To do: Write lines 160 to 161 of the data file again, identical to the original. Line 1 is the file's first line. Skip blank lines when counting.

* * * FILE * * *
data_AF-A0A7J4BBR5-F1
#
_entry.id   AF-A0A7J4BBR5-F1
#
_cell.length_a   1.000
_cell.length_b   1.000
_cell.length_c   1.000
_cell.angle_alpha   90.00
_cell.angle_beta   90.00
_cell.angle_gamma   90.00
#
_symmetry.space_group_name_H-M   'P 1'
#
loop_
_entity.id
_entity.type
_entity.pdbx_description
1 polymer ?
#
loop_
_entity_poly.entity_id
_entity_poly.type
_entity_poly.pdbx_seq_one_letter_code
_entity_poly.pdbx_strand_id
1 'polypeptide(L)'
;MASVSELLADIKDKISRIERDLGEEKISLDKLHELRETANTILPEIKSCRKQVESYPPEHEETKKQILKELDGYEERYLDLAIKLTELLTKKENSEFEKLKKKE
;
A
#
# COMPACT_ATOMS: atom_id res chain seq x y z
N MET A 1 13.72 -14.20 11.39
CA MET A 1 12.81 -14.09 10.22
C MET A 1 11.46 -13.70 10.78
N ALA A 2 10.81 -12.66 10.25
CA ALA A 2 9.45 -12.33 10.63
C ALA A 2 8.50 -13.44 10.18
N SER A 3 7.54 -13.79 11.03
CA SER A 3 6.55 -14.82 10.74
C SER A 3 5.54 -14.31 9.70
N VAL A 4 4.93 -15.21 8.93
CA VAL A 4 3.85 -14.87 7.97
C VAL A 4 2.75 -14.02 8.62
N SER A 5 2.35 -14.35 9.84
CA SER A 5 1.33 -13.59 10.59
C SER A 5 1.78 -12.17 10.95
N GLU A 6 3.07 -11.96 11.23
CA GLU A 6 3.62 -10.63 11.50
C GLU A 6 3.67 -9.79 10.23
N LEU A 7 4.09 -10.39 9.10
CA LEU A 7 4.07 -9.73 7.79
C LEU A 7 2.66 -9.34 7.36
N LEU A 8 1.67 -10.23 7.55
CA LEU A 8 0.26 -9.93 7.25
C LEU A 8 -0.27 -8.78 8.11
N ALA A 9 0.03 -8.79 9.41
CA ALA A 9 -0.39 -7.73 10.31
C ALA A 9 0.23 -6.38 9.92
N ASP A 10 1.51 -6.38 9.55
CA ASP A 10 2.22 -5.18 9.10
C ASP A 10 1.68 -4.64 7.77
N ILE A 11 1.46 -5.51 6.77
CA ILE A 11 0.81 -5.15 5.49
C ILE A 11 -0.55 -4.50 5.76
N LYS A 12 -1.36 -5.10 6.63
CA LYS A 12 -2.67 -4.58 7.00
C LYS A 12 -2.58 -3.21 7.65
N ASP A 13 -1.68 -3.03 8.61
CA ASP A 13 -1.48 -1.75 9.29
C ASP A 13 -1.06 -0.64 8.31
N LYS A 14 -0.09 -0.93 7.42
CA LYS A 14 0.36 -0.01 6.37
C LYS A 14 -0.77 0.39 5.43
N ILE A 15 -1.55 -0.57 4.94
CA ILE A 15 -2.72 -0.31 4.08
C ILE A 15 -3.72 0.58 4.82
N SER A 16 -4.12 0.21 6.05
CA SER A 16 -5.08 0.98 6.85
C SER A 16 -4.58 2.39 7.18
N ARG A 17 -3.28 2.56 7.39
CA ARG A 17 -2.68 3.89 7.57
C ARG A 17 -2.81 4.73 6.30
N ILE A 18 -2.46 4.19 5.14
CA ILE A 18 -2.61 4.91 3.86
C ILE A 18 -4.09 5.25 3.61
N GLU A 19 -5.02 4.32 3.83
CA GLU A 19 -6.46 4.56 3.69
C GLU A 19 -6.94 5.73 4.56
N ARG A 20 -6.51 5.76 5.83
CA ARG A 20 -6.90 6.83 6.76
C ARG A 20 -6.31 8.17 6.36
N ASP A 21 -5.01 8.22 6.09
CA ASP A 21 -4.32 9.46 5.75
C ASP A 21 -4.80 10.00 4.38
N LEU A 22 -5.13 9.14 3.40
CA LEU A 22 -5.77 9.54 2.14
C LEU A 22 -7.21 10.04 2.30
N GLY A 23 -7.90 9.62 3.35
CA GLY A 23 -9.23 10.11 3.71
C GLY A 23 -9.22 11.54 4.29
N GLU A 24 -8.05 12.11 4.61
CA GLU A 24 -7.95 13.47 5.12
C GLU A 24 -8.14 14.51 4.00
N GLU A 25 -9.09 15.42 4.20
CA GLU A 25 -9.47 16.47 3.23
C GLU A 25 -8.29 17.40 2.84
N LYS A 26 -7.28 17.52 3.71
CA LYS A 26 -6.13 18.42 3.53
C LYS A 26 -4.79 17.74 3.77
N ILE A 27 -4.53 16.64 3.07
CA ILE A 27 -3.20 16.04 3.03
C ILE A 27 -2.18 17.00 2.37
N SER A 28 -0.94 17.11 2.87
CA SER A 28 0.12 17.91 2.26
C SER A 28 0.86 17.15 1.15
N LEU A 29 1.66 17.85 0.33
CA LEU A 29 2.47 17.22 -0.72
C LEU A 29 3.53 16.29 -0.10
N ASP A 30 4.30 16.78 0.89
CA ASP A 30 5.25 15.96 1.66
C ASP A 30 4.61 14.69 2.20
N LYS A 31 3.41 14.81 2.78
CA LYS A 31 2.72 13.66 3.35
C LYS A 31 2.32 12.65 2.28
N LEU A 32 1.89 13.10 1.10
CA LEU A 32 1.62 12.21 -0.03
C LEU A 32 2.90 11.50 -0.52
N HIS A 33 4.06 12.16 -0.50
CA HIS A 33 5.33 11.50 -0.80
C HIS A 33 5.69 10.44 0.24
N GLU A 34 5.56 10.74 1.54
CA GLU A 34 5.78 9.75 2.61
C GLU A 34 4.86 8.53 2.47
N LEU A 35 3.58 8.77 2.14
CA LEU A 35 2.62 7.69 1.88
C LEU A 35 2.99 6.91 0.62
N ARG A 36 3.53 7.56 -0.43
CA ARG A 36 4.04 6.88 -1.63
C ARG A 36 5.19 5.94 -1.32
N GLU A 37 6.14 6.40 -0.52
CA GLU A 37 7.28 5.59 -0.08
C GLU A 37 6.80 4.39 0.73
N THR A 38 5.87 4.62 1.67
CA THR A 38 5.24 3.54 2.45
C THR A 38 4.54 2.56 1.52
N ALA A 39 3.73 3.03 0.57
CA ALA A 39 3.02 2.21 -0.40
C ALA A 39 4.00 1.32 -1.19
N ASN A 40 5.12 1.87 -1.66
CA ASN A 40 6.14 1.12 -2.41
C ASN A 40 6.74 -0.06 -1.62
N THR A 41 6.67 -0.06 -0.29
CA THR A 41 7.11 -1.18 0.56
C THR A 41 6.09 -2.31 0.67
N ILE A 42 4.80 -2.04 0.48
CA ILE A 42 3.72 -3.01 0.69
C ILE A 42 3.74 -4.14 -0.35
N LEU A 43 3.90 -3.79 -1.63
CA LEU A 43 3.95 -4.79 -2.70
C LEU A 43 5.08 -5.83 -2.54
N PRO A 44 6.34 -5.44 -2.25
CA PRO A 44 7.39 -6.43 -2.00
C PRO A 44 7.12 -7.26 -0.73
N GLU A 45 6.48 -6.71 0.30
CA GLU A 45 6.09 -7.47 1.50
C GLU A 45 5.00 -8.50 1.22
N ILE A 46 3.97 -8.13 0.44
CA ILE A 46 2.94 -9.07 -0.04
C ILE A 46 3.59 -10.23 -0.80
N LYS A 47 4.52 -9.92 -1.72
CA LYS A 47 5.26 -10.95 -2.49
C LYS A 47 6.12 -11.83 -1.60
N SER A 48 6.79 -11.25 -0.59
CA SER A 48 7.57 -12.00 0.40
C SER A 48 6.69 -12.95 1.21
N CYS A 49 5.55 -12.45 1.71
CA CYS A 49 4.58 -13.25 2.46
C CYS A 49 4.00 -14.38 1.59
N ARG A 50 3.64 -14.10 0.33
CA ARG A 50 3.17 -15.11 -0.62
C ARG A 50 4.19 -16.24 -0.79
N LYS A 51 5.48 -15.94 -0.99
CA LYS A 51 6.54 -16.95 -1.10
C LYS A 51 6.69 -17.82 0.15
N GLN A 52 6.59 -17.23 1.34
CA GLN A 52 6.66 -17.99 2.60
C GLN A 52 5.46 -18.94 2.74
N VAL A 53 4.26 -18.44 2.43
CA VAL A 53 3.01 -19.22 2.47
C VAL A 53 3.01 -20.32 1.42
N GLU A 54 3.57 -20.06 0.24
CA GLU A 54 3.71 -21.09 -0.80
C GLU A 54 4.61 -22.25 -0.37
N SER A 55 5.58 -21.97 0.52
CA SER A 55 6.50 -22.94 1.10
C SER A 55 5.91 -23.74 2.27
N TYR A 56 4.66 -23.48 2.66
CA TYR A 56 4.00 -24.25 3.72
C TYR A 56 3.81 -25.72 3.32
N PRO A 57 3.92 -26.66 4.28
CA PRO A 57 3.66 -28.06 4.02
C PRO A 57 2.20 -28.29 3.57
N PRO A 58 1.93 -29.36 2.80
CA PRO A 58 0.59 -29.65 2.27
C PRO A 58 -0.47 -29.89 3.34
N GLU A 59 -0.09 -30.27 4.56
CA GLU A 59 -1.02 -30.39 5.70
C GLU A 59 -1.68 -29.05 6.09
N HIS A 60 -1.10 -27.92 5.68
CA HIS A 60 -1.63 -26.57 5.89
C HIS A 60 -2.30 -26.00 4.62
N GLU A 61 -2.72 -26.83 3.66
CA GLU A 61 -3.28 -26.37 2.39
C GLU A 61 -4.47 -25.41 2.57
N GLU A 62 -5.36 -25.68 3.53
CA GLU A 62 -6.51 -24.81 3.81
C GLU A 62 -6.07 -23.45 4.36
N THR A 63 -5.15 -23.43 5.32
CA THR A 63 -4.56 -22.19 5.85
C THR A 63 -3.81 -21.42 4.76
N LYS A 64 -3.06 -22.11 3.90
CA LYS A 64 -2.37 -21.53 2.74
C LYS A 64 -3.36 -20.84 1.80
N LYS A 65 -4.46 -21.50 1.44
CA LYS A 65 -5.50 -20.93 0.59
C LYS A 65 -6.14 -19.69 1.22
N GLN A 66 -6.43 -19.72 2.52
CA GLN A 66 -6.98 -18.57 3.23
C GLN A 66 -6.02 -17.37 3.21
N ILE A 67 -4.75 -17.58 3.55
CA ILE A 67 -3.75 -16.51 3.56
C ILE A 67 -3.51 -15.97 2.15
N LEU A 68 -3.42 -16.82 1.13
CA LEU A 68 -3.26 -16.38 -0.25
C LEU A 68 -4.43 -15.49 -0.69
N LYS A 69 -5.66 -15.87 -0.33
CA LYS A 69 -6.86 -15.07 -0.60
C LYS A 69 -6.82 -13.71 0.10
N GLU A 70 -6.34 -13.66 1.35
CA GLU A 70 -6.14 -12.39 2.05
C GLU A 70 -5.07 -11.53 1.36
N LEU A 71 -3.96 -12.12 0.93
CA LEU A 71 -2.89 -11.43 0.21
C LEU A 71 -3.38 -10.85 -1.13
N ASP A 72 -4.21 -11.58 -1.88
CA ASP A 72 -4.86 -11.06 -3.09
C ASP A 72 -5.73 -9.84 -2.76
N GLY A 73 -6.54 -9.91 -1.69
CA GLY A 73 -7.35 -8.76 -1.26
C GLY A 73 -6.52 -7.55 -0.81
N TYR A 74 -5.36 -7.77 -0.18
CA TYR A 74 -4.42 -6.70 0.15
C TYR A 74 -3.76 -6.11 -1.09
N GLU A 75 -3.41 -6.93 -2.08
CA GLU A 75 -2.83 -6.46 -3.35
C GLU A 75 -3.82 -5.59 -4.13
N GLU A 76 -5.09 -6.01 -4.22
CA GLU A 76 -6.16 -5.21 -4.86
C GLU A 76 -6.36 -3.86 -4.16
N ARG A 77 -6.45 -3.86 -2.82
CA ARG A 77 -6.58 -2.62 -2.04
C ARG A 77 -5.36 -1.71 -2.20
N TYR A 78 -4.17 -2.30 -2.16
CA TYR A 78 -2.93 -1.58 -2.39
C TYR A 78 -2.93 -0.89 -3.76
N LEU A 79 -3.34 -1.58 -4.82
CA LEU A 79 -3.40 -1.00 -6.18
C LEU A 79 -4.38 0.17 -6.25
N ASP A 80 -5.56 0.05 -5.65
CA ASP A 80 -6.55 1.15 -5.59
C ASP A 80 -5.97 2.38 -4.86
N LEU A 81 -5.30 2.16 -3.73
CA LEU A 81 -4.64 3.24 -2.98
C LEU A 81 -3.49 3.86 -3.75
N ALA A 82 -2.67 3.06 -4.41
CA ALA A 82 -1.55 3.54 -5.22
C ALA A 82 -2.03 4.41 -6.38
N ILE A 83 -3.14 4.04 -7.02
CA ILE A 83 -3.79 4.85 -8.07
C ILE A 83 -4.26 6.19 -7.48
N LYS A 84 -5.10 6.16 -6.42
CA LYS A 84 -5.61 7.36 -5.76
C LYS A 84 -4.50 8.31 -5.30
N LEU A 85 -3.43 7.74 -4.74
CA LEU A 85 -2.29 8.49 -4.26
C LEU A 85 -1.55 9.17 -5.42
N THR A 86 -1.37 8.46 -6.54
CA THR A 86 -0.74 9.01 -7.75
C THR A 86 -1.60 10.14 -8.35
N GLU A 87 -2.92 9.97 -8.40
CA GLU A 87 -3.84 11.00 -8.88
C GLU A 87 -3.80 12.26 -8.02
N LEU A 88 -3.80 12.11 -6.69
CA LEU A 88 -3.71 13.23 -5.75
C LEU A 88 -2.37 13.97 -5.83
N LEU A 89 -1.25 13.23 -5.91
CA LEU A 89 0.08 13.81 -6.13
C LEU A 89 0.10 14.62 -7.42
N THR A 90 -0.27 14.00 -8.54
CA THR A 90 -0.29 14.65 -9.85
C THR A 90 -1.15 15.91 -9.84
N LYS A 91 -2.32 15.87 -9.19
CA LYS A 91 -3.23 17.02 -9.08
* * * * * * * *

N PRO A 44 6.34 -5.44 -2.25
CA PRO A 44 7.39 -6.43 -2.00